2. More specifically, Mr Fewtrell’s submission for the club was that the alleged assaults cannot fairly and properly be regarded as being closely connected with the second defendant’s employment because the club did not create or enhance the risk of that kind of behaviour occurring to the claimant or any other apprentice. Reliance was placed on the fact that (as he invited me to find) the club conferred no special authority on the professional players. The apprentices looked up to them as role models but this did not amount to the conferring of a power over them. I would have found as a fact that the second defendant had no contractual authority to train or chastise apprentices, the tasks of the apprentices being done on the instructions of the club (acting by Mr Lacey) not of the professional players, there being no express term to that effect in the second defendant’s contract (2, A251).
    3. Mr Fewtrell submitted that such assaults could not in any way be said to be a means of advancing the club’s interests or business, improperly or at all. The risk of friction or confrontation between different classes of employee is a feature of human interaction but was, he submitted, no more inherent in the club’s business conducted at the Victoria Football Ground than in any other workplace and in that context the second defendant’s conduct, if proved, was an unrelated and independent venture of his own (albeit in company with other employees of the club) and constituted at best a ‘frolic’ or at worst a ‘personal act of vengeance or spite’ for a perceived slight. His concluding argument was that it should be held that, even as the law has now developed, these actions fall outside the admittedly wider range of employer’s liability for employee’s actions.
    4. In Wilson v Exel UK Limited [2010] CSIH 35 the Scottish Court of Session decided that it is not enough to bring home vicarious liability that the acts were committed in the employer’s premises during the hours of work, the mere opportunity to commit them having been provided by the fact of employment, where the employee’s behaviour was an unrelated and independent venture of his own, that is to say a personal matter, rather than a matter connected to his authorised duties. The club adopts this decision and I am asked to follow it.
    5. I find that, on the evidence before me, the second defendant, even as the player designated as club captain, had no express or implied power or duty or discretion conferred upon him by the club to train, discipline or chastise the apprentices. His duties were to train with the first team, to play in goal for the first team (and for the reserve team if so required) and perhaps to act as president of the youth fan club (‘The Junior Potters’). Although the contrary appeared to be pleaded against the club, I accept the unchallenged evidence of Mr Mills and Mr Lacey on this point. Thus, on the authorities, if the second defendant had been accused of assaulting a youth supporter in the course of performing the latter role the club would probably have been vicariously liable if the assault were to be proved. But that is not the case. At the time of the alleged assaults, the second defendant was neither training, nor playing in goal nor acting as the fan club president. Similarly, if the claimant’s allegations had been made against Mr Lacey, who had been given direct authority over the apprentices and duties in relation to them including disciplinary powers, then the club would probably have been vicariously liable if the allegations were to be proved. Again, that is not the case.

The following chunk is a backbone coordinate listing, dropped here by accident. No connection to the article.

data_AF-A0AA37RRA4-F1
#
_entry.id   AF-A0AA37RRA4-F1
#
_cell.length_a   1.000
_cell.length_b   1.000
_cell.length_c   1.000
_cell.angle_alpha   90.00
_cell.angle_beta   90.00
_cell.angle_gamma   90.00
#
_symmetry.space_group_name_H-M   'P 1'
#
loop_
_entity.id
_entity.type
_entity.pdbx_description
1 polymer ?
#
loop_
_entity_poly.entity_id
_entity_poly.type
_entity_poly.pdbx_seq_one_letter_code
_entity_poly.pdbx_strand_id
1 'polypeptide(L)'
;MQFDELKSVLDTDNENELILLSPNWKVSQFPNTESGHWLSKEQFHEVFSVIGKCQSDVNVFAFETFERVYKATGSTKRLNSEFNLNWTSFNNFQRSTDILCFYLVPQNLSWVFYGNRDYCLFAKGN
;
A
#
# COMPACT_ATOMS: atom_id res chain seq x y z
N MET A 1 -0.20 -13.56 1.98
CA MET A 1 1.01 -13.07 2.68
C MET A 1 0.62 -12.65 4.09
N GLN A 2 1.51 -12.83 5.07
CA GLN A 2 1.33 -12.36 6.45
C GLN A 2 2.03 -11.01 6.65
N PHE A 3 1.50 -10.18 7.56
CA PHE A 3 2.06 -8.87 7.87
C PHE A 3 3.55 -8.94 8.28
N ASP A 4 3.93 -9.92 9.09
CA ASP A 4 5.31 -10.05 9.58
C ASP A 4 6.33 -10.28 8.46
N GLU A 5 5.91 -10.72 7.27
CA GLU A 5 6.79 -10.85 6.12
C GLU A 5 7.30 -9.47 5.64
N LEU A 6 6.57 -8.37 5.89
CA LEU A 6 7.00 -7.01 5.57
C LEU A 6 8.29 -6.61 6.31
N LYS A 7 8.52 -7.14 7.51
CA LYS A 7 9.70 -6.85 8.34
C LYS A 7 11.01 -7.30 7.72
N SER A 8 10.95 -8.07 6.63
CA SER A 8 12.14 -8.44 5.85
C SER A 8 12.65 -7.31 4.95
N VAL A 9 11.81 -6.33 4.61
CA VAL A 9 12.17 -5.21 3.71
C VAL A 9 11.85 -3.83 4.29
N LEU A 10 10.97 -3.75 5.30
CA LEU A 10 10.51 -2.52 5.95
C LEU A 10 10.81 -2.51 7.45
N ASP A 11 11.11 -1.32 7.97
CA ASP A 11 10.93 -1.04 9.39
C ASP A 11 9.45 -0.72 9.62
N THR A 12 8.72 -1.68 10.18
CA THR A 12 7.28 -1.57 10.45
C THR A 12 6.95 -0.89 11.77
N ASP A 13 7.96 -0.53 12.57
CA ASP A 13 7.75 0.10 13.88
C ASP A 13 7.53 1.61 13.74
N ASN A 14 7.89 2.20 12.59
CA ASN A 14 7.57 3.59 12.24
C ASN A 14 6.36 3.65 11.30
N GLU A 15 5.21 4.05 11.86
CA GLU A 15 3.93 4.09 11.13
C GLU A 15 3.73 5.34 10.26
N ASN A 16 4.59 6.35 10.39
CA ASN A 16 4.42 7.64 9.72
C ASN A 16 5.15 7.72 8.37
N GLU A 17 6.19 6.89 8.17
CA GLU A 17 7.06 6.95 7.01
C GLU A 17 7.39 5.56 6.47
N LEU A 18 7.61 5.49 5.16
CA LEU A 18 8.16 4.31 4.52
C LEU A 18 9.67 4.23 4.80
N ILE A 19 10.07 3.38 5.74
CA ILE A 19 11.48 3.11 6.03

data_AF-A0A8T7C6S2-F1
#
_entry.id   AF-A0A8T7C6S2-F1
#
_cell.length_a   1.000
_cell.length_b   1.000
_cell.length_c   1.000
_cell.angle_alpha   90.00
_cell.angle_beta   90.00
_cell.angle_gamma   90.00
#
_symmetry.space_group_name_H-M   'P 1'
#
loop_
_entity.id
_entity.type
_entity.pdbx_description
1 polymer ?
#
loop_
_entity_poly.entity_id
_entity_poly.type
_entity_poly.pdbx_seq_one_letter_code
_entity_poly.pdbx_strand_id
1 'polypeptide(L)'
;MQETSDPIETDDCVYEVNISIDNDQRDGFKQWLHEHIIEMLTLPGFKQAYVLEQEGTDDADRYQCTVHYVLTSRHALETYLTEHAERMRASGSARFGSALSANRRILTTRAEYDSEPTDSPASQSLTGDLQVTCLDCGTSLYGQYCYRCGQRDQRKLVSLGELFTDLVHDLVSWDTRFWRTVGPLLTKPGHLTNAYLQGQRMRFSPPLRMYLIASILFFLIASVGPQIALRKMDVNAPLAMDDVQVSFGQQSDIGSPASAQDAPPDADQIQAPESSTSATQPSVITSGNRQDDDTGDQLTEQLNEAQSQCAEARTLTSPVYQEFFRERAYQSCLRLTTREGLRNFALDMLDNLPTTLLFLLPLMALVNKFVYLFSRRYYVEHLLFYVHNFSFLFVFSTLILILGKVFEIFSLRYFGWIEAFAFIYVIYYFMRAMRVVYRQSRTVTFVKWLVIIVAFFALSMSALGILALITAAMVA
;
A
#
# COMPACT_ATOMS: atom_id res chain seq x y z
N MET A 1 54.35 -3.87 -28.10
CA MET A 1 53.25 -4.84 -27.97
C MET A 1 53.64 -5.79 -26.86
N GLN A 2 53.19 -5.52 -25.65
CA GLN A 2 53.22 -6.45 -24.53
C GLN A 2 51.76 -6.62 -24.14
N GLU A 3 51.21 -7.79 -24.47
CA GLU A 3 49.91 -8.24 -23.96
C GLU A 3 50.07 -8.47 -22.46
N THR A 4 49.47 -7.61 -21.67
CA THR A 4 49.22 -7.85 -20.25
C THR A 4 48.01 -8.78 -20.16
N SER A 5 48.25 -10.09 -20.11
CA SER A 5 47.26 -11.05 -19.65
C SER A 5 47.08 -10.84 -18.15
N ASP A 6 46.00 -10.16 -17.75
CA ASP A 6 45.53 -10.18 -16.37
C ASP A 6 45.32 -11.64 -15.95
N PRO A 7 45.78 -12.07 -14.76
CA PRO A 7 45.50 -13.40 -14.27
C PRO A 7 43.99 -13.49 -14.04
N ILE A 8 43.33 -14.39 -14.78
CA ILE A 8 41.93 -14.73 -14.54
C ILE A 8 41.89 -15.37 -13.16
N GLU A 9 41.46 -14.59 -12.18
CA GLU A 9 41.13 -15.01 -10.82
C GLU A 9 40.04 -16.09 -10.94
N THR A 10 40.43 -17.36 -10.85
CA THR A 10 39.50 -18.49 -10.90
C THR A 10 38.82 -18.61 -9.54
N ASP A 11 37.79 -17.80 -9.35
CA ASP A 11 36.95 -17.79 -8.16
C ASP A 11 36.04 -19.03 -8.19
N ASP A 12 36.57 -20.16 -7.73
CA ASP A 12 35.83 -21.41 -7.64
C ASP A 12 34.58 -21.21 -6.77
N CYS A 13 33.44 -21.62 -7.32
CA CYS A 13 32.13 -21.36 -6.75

6. Mr Fewtrell relied on the case of Mohamud v W M Morrisons Supermarkets PLC [2014] EWCA Civ 116, a decision of the Court of Appeal subsequent to the Various Claimants’ case in which a violent unprovoked attack by a petrol station attendant employed by the defendant was held not to give rise to vicarious liability. Treacy LJ said at [46] that:
“… [T]he mere fact that the employment provided the opportunity, setting, time and place for the tort to occur is not necessarily sufficient … [S]ome factor or feature going beyond interaction between the employee and the victim is required … such as the granting of authority, the furtherance of an employer’s aims, the inherence of friction or confrontation in the employment and the additional risk of the kind of wrong occurring“.
    1. Each case must be decided on its own facts. Mohamud can of course be distinguished on its facts because the relevant employee did not attack another employee (or trainee) but a member of the public. However, in my judgment it is the connection between the act of the wrongdoer employee and the relationship between the wrongdoer employee and the employer which matters, rather than the status of the alleged victim. The authorities do not appear to me to draw any distinction relevant in law between victims who are fellow employees (whether senior or junior) or customers or persons for whose care the employer was responsible (for example children in care homes) or strangers. Two contrasting reported cases are illustrative. In Wallbank v Wallbank Fox Designs Limited [2012] EWCA Civ 25, a junior employee assaulted a factory manager in response to an instruction and the employer of both was held vicariously liable because of the possibility of friction inherent in any workplace where instant instructions and quick reactions are required and the risk of an “over-robust” reaction was held to have been a risk created in the particular factual scenario in that case. On the other hand vicarious liability was not accepted in a case decided on the same occasion by the same court, namely Weddell v Barchester Healthcare Limited [2012] EWCA Civ 25, in which one employee called another employee at home and asked him to do a voluntary shift. When the other refused but came to the workplace to assault the maker of the request the employer was held not to be liable.